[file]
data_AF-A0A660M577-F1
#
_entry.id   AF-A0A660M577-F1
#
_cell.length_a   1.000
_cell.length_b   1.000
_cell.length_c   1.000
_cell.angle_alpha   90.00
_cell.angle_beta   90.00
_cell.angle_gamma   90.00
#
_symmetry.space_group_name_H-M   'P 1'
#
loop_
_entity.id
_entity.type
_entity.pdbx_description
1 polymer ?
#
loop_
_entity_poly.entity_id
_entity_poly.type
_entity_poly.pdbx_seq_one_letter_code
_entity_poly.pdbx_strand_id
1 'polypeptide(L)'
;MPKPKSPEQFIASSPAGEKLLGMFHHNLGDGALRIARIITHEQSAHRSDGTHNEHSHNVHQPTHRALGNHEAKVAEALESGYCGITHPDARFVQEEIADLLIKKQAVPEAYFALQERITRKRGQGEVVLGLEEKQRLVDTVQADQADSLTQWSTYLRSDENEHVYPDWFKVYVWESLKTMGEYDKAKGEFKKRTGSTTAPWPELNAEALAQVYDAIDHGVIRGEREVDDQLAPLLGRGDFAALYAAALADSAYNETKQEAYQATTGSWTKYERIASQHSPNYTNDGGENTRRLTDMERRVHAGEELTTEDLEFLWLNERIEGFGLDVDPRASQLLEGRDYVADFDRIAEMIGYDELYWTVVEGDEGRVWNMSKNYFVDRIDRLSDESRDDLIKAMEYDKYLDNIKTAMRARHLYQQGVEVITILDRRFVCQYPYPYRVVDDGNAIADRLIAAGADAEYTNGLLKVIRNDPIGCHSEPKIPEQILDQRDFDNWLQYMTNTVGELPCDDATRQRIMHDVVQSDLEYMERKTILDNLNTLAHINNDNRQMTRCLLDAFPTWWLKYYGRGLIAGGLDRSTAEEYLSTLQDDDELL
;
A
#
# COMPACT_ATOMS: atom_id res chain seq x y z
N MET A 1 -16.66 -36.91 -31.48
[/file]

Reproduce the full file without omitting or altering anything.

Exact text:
data_AF-A0A660M577-F1
#
_entry.id   AF-A0A660M577-F1
#
_cell.length_a   1.000
_cell.length_b   1.000
_cell.length_c   1.000
_cell.angle_alpha   90.00
_cell.angle_beta   90.00
_cell.angle_gamma   90.00
#
_symmetry.space_group_name_H-M   'P 1'
#
loop_
_entity.id
_entity.type
_entity.pdbx_description
1 polymer ?
#
loop_
_entity_poly.entity_id
_entity_poly.type
_entity_poly.pdbx_seq_one_letter_code
_entity_poly.pdbx_strand_id
1 'polypeptide(L)'
;MPKPKSPEQFIASSPAGEKLLGMFHHNLGDGALRIARIITHEQSAHRSDGTHNEHSHNVHQPTHRALGNHEAKVAEALESGYCGITHPDARFVQEEIADLLIKKQAVPEAYFALQERITRKRGQGEVVLGLEEKQRLVDTVQADQADSLTQWSTYLRSDENEHVYPDWFKVYVWESLKTMGEYDKAKGEFKKRTGSTTAPWPELNAEALAQVYDAIDHGVIRGEREVDDQLAPLLGRGDFAALYAAALADSAYNETKQEAYQATTGSWTKYERIASQHSPNYTNDGGENTRRLTDMERRVHAGEELTTEDLEFLWLNERIEGFGLDVDPRASQLLEGRDYVADFDRIAEMIGYDELYWTVVEGDEGRVWNMSKNYFVDRIDRLSDESRDDLIKAMEYDKYLDNIKTAMRARHLYQQGVEVITILDRRFVCQYPYPYRVVDDGNAIADRLIAAGADAEYTNGLLKVIRNDPIGCHSEPKIPEQILDQRDFDNWLQYMTNTVGELPCDDATRQRIMHDVVQSDLEYMERKTILDNLNTLAHINNDNRQMTRCLLDAFPTWWLKYYGRGLIAGGLDRSTAEEYLSTLQDDDELL
;
A
#
# COMPACT_ATOMS: atom_id res chain seq x y z
N MET A 1 -16.66 -36.91 -31.48